203

X-ray Reflectivity Study of the Nanostrucuture of Amphiphilic Diblock Copolymer Monolayer on Water Surface

Hideki Matsuoka, Emiko Mouri, Mihoko Matsutani, Kozo Matsumoto, Department of Polymer Chemistry, Kyoto University, Kyoto 606-8501 Japan

Diblock copolymers, which has a Si segment as a backbone of hydrophobic chain and a water soluble segment as a hydrophilic chain, were sythesized by living anionic polymerization. The nanostructure of monolayer of these polymers on water was investigated by X-ray reflectivity (XR) technique. Si containing chain is so flexible that it forms very smooth and uniform hydrophobic monolayer on water, which results in observatioin of many Kiessig fringes in XR profiles. Hence the nanostructure of the polymer "brush" under the water surface was well studied. The thickness of hydrophilic layer of ionic segment was surprizingly thinner comparing to that of non-ionic segment. The effects on nanostructure of the degree of polymerizaion and the surface pressure were duly investigated.


204

Tuning the Solubility of Amphiphilic Diblock Copolymers : Interfacial Behavior

M. Sun, K. Krishana, O. Anthony, R. Farhoosh and M. Joanicot, Rhodia Inc., 259 Prospect Plains Road, Cranbury NJ 08512-7500

The self assembly behavior of polystyrene-polyacrylic acid (hydrophobic-hydrophilic) diblock copolymers in solution has been tuned by varying the length and composition of the two blocks thanks to a proprietary polymerization technique at Rhodia, Inc. We have investigated the ability of these diblocks to make hydrophobic surfaces hydrophilic. Several hydrophobic surfaces were treated with different diblock solutions and surface modification was quantified with advancing and receding contact angle measurements. Only specific diblock compositions were successful in making the surfaces hydrophilic. A direct correlation was observed with the self assembly behavior in solution (investigated using light scattering). Further insight into the mechanism of adsorption and contact angle hysteresis was obtained by imaging the surfaces with AFM. To quantify the relative amounts of diblock polymers at the surface we used Reflectometry. We shall present these results along with the measurements of kinetics of adsorption and the influence of ionic strength.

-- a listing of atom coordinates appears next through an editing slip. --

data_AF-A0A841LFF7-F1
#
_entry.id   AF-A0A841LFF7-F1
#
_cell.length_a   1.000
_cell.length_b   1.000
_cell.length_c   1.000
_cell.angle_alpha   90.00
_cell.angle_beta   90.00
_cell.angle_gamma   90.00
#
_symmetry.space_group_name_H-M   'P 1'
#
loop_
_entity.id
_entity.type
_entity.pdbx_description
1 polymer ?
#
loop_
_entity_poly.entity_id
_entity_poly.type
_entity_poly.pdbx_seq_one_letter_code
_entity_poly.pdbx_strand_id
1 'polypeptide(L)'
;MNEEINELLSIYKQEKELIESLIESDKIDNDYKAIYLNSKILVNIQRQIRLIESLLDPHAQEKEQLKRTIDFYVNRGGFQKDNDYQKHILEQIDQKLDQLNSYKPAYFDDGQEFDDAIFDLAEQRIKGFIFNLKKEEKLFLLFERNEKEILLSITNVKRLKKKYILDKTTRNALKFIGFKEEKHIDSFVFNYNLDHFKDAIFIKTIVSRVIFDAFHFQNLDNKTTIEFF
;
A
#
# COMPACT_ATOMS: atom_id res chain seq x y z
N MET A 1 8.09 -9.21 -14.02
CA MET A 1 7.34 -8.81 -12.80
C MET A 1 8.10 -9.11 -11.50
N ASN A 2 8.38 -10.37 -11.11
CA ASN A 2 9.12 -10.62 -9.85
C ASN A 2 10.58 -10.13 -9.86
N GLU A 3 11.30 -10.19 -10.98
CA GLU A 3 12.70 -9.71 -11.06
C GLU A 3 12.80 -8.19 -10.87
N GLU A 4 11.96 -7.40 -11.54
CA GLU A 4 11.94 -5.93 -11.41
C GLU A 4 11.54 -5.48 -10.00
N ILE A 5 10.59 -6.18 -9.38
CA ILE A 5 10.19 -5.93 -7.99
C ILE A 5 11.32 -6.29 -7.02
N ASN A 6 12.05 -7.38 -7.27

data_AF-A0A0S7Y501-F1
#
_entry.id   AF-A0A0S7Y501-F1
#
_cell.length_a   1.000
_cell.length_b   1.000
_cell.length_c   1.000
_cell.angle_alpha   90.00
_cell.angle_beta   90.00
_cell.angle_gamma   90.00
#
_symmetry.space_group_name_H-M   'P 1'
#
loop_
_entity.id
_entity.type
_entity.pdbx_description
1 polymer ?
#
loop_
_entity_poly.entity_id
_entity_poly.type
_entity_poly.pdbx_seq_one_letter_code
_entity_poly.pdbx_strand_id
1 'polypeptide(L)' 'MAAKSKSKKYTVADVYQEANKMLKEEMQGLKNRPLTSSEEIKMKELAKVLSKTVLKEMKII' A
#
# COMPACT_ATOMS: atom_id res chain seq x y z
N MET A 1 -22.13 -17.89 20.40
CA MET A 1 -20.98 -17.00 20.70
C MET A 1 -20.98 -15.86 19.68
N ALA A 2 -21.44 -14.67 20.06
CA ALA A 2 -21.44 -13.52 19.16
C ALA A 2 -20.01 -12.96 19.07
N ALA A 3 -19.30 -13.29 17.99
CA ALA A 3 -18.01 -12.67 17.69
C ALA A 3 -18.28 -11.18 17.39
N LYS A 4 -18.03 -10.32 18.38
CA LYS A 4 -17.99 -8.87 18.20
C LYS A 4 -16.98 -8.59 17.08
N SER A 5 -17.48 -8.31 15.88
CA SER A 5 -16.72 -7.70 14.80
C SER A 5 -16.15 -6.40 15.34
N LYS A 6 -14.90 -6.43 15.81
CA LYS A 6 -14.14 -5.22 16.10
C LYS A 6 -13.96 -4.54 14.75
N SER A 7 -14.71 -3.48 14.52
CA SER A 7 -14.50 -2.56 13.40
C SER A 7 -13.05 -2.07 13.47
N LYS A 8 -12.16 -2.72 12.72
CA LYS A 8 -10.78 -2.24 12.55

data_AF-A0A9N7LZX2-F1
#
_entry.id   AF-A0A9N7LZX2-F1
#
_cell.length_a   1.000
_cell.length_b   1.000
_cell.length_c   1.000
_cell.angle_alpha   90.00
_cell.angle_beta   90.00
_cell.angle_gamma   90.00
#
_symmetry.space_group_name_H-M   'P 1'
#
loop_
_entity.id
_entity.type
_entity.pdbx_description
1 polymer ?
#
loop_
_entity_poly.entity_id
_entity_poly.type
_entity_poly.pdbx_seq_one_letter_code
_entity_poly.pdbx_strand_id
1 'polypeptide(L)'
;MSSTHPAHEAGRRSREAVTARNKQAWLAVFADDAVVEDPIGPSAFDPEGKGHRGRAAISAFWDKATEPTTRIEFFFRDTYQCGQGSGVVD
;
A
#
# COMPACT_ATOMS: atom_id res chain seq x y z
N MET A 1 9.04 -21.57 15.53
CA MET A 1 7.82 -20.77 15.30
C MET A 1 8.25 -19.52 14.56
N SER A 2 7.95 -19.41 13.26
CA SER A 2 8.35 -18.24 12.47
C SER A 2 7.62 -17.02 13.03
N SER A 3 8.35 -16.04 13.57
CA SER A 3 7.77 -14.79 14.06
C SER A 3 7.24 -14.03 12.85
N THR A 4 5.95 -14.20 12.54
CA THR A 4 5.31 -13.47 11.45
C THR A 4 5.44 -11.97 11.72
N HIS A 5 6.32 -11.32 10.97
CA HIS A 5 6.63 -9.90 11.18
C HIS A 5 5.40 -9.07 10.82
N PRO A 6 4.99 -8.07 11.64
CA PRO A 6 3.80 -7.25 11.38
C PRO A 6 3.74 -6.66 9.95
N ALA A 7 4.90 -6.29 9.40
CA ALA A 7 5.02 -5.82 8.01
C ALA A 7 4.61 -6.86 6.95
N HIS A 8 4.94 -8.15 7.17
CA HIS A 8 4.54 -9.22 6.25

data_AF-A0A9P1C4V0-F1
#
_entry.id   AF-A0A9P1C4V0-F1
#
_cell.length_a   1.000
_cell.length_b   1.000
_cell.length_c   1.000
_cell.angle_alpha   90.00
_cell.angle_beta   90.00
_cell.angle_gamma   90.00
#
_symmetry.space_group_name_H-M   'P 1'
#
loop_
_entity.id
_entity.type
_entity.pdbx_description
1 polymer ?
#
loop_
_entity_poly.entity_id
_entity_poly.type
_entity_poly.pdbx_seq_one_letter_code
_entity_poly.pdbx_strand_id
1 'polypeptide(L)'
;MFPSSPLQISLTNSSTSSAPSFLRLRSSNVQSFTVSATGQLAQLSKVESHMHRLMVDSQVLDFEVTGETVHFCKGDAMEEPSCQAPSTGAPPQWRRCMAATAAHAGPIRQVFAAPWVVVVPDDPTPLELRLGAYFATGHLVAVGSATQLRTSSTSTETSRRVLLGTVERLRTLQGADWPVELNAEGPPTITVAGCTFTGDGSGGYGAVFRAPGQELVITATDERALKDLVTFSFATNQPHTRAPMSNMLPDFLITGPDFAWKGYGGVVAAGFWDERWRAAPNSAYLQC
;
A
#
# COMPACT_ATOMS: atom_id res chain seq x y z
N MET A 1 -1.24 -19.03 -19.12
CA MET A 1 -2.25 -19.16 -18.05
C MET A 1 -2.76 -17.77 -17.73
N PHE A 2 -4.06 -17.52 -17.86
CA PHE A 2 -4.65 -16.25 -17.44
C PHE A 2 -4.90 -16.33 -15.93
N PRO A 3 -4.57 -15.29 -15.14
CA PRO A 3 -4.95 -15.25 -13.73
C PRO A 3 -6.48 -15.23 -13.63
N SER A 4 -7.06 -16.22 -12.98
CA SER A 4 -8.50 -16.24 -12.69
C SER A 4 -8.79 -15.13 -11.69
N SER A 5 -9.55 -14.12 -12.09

205

AFM Study of Surfactant Adsorption on Hydrophobic Surfaces

Aysen Tulpar and William Ducker, Chemistry Department, Virginia Tech, Blacksburg, VA 24061

Surfactants form aggregates when they adsorb on surfaces above a critical surface aggregation concentration (cac) in aqueous solutions. The shape of the aggregates depends on the type of the surfactant and the nature of the surface. The aim of this work is to study the adsorption of surfactants on hydrophobic surfaces as a function of surfactant concentration and headgroup in the range of cac and cmc. The hydrophobic surfaces are self-assembled monolayers of alkyl thiols on gold. By using thiols of different alkyl chain lengths (8 and 16), the effect of the surface crystallinity is also studied. Atomic Force Microscopy is used to monitor the shapes of the aggregates of Sodium Dodecyl Sulfate (SDS), Hexadecyltrimethyl-ammoniumbromide (C16TAB), Dodecyldimethylammoniumpropanesulfonate (DDAPS) and Dodecyloctaethoxyethyl Alcohol (C12E8).


 

206

Anomalous Slow Adsorption of Cationic Surfactants At the Silica-Aqueous Interface

Rob Atkin, Erica Wanless, Simon Biggs, Chemistry Dept., The University of Newcastle, University Drive, Callaghan, NSW 2308 Australia, Vince Craig, RSPhysSE, Australian National University, Canberra, ACT 2001